6. AcidReign says:

    …..I’ll sure give this tip a try! I ALWAYS keep bagged spinach around (except for when it was banned over ecoli last fall). Usually, also, I keep a partially harvested red bell pepper, and a yellow onion in bags in the fridge, also.

    …..A great snack is to pour out a little fresh bagged spinach into a bowl, chop a fresh tomato into it, and then sprinkle with Good Seasons Italian dressing. Mmmmm.

    …..I do TRY to hit the grocery stores/farmer’s markets right when we are out of food for dinner, though. You can’t beat getting it fresh, bringing it home and cooking it immediately, and enjoying it with good wine and candlelight with your family!

  7. alhypo says:

    I’m skeptical. The air you breath out doesn’t have that much less oxygen in it. That is why those re-breather devices scuba divers use extend their dives by hours.

    To really get rid of the oxygen you should continue breathing from the bag until you get dizzy. I would highly recommend this so long as you consider fresh greens worth the sacrifice of brain cells.

    And just to be clear, there is much more Nitrogen in there than Carbon-dioxide, both of which are inert. The important part is that there is less oxygen.

  8. Havok154 says:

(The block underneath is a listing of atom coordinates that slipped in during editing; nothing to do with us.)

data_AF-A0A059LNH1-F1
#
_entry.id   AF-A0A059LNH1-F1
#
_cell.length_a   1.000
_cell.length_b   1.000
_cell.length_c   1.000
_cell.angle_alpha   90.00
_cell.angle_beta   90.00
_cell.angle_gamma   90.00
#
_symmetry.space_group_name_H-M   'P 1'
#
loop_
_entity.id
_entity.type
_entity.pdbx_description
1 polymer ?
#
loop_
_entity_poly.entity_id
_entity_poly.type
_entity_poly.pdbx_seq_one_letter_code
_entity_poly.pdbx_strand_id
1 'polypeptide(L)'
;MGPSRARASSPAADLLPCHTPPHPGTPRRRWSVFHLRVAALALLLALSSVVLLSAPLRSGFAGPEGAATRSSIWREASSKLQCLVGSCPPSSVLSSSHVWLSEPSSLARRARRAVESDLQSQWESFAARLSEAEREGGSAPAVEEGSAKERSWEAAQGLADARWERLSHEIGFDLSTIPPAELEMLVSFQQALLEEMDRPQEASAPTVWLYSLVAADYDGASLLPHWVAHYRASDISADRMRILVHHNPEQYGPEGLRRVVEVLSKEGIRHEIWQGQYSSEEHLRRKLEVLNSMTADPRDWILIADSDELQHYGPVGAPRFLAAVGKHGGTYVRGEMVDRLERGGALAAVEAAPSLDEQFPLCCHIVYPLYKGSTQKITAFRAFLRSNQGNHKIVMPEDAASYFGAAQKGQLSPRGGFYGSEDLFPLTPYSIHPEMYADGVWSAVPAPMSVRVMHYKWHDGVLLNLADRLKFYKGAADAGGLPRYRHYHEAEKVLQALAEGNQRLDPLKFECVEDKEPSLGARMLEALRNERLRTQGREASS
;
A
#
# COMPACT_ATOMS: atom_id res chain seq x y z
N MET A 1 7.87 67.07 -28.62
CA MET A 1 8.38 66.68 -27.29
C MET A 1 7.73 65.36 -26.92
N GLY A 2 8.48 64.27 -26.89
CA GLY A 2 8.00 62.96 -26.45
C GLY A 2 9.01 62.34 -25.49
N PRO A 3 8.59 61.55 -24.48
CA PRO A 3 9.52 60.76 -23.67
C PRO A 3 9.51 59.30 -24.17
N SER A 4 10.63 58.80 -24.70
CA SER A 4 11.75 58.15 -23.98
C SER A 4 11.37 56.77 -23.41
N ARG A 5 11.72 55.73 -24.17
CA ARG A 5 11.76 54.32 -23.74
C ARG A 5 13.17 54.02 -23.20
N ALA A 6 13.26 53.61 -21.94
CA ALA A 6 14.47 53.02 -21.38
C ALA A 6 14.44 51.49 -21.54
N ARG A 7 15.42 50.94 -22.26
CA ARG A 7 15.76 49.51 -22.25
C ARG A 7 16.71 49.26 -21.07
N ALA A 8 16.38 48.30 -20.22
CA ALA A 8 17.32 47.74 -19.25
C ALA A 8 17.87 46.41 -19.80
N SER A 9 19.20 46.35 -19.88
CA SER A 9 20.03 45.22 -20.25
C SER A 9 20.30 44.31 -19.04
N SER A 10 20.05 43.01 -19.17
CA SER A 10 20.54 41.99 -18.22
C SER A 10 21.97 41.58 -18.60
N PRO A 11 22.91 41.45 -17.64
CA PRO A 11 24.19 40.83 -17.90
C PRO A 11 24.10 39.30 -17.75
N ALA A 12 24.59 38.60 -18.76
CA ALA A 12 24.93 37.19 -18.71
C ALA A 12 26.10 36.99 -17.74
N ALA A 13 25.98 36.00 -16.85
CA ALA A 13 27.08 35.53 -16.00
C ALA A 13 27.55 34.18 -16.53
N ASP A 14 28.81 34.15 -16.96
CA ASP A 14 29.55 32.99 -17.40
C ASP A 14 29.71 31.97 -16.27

So, does it also keep the e. coli fresh?

  9. cmac says:

    Get a salad spinner. I can keep greens and fresh herbs for at least a couple weeks in the spinner.

  10. Jon Parker says:

    I use EvertFresh bags for my produce. These things are amazing — I love it when you buy a product and it actually works the way it’s advertised. I can stock up on all kinds of produce cheaply at the farmer’s market or the Asian grocery, and keep it for a couple of weeks at least.

    Amazing. I highly recommend these. I have no interest in them other than being a satisfied consumer.

  11. annietym says:

    Agreed with cmac on the salad spinner. Sometimes when I keep greens in plastic bags they grow moldy after only a few days.

  12. oneTee says:

    I’ve also read that you can keep your greens in a tupperware with water.

  13. acambras says:

    I know this isn’t exactly “storage” of greens, but…